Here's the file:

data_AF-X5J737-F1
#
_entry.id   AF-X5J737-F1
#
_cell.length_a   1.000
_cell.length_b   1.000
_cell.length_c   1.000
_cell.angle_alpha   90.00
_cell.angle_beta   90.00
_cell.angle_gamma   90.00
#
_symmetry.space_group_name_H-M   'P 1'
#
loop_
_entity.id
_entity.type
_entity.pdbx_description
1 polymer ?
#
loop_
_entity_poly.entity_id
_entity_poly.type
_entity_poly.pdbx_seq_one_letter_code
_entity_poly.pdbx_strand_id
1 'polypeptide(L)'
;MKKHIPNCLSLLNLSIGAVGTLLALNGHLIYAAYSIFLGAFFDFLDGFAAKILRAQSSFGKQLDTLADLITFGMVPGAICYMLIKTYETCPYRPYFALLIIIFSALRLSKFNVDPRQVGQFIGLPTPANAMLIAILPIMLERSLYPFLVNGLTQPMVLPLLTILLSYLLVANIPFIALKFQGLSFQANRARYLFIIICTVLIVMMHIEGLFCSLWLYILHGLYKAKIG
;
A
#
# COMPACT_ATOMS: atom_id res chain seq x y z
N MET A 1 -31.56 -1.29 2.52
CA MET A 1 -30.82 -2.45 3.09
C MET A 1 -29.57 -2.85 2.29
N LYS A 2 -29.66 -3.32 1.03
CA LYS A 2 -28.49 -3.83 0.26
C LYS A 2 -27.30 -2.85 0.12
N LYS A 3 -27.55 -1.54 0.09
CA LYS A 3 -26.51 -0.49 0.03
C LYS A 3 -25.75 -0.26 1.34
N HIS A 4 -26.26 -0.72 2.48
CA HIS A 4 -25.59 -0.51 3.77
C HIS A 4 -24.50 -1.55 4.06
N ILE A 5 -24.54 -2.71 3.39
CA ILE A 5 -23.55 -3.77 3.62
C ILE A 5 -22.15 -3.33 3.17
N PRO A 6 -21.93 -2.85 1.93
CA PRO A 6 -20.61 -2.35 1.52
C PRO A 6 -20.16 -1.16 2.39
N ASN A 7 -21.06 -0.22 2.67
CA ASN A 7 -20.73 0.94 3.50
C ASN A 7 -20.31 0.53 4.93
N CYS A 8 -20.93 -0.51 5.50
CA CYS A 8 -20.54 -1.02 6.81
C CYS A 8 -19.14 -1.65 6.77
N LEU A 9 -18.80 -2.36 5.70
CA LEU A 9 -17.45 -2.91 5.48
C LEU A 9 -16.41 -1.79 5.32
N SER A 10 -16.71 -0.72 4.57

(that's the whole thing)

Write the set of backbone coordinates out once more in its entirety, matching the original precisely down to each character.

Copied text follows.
data_AF-X5J737-F1
#
_entry.id   AF-X5J737-F1
#
_cell.length_a   1.000
_cell.length_b   1.000
_cell.length_c   1.000
_cell.angle_alpha   90.00
_cell.angle_beta   90.00
_cell.angle_gamma   90.00
#
_symmetry.space_group_name_H-M   'P 1'
#
loop_
_entity.id
_entity.type
_entity.pdbx_description
1 polymer ?
#
loop_
_entity_poly.entity_id
_entity_poly.type
_entity_poly.pdbx_seq_one_letter_code
_entity_poly.pdbx_strand_id
1 'polypeptide(L)'
;MKKHIPNCLSLLNLSIGAVGTLLALNGHLIYAAYSIFLGAFFDFLDGFAAKILRAQSSFGKQLDTLADLITFGMVPGAICYMLIKTYETCPYRPYFALLIIIFSALRLSKFNVDPRQVGQFIGLPTPANAMLIAILPIMLERSLYPFLVNGLTQPMVLPLLTILLSYLLVANIPFIALKFQGLSFQANRARYLFIIICTVLIVMMHIEGLFCSLWLYILHGLYKAKIG
;
A
#
# COMPACT_ATOMS: atom_id res chain seq x y z
N MET A 1 -31.56 -1.29 2.52
CA MET A 1 -30.82 -2.45 3.09
C MET A 1 -29.57 -2.85 2.29
N LYS A 2 -29.66 -3.32 1.03
CA LYS A 2 -28.49 -3.83 0.26
C LYS A 2 -27.30 -2.85 0.12
N LYS A 3 -27.55 -1.54 0.09
CA LYS A 3 -26.51 -0.49 0.03
C LYS A 3 -25.75 -0.26 1.34
N HIS A 4 -26.26 -0.72 2.48
CA HIS A 4 -25.59 -0.51 3.77
C HIS A 4 -24.50 -1.55 4.06
N ILE A 5 -24.54 -2.71 3.39
CA ILE A 5 -23.55 -3.77 3.62
C ILE A 5 -22.15 -3.33 3.17
N PRO A 6 -21.93 -2.85 1.93
CA PRO A 6 -20.61 -2.35 1.52
C PRO A 6 -20.16 -1.16 2.39
N ASN A 7 -21.06 -0.22 2.67
CA ASN A 7 -20.73 0.94 3.50
C ASN A 7 -20.31 0.53 4.93
N CYS A 8 -20.93 -0.51 5.50
CA CYS A 8 -20.54 -1.02 6.81
C CYS A 8 -19.14 -1.65 6.77
N LEU A 9 -18.80 -2.36 5.70
CA LEU A 9 -17.45 -2.91 5.48
C LEU A 9 -16.41 -1.79 5.32
N SER A 10 -16.71 -0.72 4.57